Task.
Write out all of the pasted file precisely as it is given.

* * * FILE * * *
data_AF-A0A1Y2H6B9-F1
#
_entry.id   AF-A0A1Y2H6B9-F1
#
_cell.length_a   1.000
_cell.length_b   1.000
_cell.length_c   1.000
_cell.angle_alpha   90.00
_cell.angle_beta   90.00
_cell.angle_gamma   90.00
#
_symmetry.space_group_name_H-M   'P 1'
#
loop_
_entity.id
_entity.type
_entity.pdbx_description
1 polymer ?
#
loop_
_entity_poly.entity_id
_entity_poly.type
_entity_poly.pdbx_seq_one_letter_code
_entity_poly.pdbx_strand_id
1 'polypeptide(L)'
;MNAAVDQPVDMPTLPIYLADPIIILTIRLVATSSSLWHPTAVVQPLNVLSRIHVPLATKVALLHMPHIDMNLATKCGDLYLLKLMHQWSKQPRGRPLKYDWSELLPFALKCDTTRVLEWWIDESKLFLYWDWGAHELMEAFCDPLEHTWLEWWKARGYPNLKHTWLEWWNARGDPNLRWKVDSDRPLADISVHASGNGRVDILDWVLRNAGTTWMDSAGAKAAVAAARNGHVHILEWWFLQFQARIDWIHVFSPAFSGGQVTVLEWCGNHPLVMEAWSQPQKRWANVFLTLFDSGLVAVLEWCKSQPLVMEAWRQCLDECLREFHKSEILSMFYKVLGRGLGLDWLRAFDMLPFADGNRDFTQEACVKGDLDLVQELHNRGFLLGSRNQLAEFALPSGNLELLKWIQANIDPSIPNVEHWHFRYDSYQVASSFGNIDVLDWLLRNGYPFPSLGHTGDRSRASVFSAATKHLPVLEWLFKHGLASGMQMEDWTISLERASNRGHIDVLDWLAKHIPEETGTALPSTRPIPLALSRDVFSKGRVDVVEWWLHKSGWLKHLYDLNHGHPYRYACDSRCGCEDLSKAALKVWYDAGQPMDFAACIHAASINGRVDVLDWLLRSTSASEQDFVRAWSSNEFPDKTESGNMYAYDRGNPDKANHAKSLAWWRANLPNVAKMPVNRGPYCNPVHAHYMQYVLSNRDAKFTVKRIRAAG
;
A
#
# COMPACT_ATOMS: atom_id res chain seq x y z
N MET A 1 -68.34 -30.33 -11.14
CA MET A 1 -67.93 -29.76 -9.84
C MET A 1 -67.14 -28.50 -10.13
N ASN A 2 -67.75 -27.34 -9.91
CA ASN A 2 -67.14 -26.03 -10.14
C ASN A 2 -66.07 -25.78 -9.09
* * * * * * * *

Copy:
data_AF-A0A1Y2H6B9-F1
#
_entry.id   AF-A0A1Y2H6B9-F1
#
_cell.length_a   1.000
_cell.length_b   1.000
_cell.length_c   1.000
_cell.angle_alpha   90.00
_cell.angle_beta   90.00
_cell.angle_gamma   90.00
#
_symmetry.space_group_name_H-M   'P 1'
#
loop_
_entity.id
_entity.type
_entity.pdbx_description
1 polymer ?
#
loop_
_entity_poly.entity_id
_entity_poly.type
_entity_poly.pdbx_seq_one_letter_code
_entity_poly.pdbx_strand_id
1 'polypeptide(L)'
;MNAAVDQPVDMPTLPIYLADPIIILTIRLVATSSSLWHPTAVVQPLNVLSRIHVPLATKVALLHMPHIDMNLATKCGDLYLLKLMHQWSKQPRGRPLKYDWSELLPFALKCDTTRVLEWWIDESKLFLYWDWGAHELMEAFCDPLEHTWLEWWKARGYPNLKHTWLEWWNARGDPNLRWKVDSDRPLADISVHASGNGRVDILDWVLRNAGTTWMDSAGAKAAVAAARNGHVHILEWWFLQFQARIDWIHVFSPAFSGGQVTVLEWCGNHPLVMEAWSQPQKRWANVFLTLFDSGLVAVLEWCKSQPLVMEAWRQCLDECLREFHKSEILSMFYKVLGRGLGLDWLRAFDMLPFADGNRDFTQEACVKGDLDLVQELHNRGFLLGSRNQLAEFALPSGNLELLKWIQANIDPSIPNVEHWHFRYDSYQVASSFGNIDVLDWLLRNGYPFPSLGHTGDRSRASVFSAATKHLPVLEWLFKHGLASGMQMEDWTISLERASNRGHIDVLDWLAKHIPEETGTALPSTRPIPLALSRDVFSKGRVDVVEWWLHKSGWLKHLYDLNHGHPYRYACDSRCGCEDLSKAALKVWYDAGQPMDFAACIHAASINGRVDVLDWLLRSTSASEQDFVRAWSSNEFPDKTESGNMYAYDRGNPDKANHAKSLAWWRANLPNVAKMPVNRGPYCNPVHAHYMQYVLSNRDAKFTVKRIRAAG
;
A
#
# COMPACT_ATOMS: atom_id res chain seq x y z
N MET A 1 -68.34 -30.33 -11.14
CA MET A 1 -67.93 -29.76 -9.84
C MET A 1 -67.14 -28.50 -10.13
N ASN A 2 -67.75 -27.34 -9.91
CA ASN A 2 -67.14 -26.03 -10.14
C ASN A 2 -66.07 -25.78 -9.09